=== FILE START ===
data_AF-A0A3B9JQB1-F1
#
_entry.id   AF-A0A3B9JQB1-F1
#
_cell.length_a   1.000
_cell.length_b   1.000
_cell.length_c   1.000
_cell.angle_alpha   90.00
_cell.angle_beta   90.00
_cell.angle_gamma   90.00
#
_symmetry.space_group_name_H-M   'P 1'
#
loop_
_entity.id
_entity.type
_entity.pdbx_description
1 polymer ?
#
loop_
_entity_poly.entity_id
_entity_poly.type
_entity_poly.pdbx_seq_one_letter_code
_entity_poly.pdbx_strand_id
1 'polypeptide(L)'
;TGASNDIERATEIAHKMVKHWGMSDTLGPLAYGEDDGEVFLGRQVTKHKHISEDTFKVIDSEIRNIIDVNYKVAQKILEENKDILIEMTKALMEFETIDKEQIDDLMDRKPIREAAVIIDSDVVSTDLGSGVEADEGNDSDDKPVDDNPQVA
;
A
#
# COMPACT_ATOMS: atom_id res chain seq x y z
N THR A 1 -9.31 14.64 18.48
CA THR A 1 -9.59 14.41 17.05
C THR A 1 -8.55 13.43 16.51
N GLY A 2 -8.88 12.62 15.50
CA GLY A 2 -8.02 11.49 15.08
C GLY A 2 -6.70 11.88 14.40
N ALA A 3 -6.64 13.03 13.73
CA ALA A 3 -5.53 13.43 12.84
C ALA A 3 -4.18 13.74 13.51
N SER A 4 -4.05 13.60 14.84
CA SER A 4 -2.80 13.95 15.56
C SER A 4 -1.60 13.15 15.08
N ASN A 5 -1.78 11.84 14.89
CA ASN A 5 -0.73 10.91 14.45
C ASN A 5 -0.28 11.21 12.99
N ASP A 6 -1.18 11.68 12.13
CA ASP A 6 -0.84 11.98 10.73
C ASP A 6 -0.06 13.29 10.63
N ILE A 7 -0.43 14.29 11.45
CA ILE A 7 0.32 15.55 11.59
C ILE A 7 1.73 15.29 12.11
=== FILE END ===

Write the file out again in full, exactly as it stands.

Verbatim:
data_AF-A0A3B9JQB1-F1
#
_entry.id   AF-A0A3B9JQB1-F1
#
_cell.length_a   1.000
_cell.length_b   1.000
_cell.length_c   1.000
_cell.angle_alpha   90.00
_cell.angle_beta   90.00
_cell.angle_gamma   90.00
#
_symmetry.space_group_name_H-M   'P 1'
#
loop_
_entity.id
_entity.type
_entity.pdbx_description
1 polymer ?
#
loop_
_entity_poly.entity_id
_entity_poly.type
_entity_poly.pdbx_seq_one_letter_code
_entity_poly.pdbx_strand_id
1 'polypeptide(L)'
;TGASNDIERATEIAHKMVKHWGMSDTLGPLAYGEDDGEVFLGRQVTKHKHISEDTFKVIDSEIRNIIDVNYKVAQKILEENKDILIEMTKALMEFETIDKEQIDDLMDRKPIREAAVIIDSDVVSTDLGSGVEADEGNDSDDKPVDDNPQVA
;
A
#
# COMPACT_ATOMS: atom_id res chain seq x y z
N THR A 1 -9.31 14.64 18.48
CA THR A 1 -9.59 14.41 17.05
C THR A 1 -8.55 13.43 16.51
N GLY A 2 -8.88 12.62 15.50
CA GLY A 2 -8.02 11.49 15.08
C GLY A 2 -6.70 11.88 14.40
N ALA A 3 -6.64 13.03 13.73
CA ALA A 3 -5.53 13.43 12.84
C ALA A 3 -4.18 13.74 13.51
N SER A 4 -4.05 13.60 14.84
CA SER A 4 -2.80 13.95 15.56
C SER A 4 -1.60 13.15 15.08
N ASN A 5 -1.78 11.84 14.89
CA ASN A 5 -0.73 10.91 14.45
C ASN A 5 -0.28 11.21 12.99
N ASP A 6 -1.18 11.68 12.13
CA ASP A 6 -0.84 11.98 10.73
C ASP A 6 -0.06 13.29 10.63
N ILE A 7 -0.43 14.29 11.45
CA ILE A 7 0.32 15.55 11.59
C ILE A 7 1.73 15.29 12.11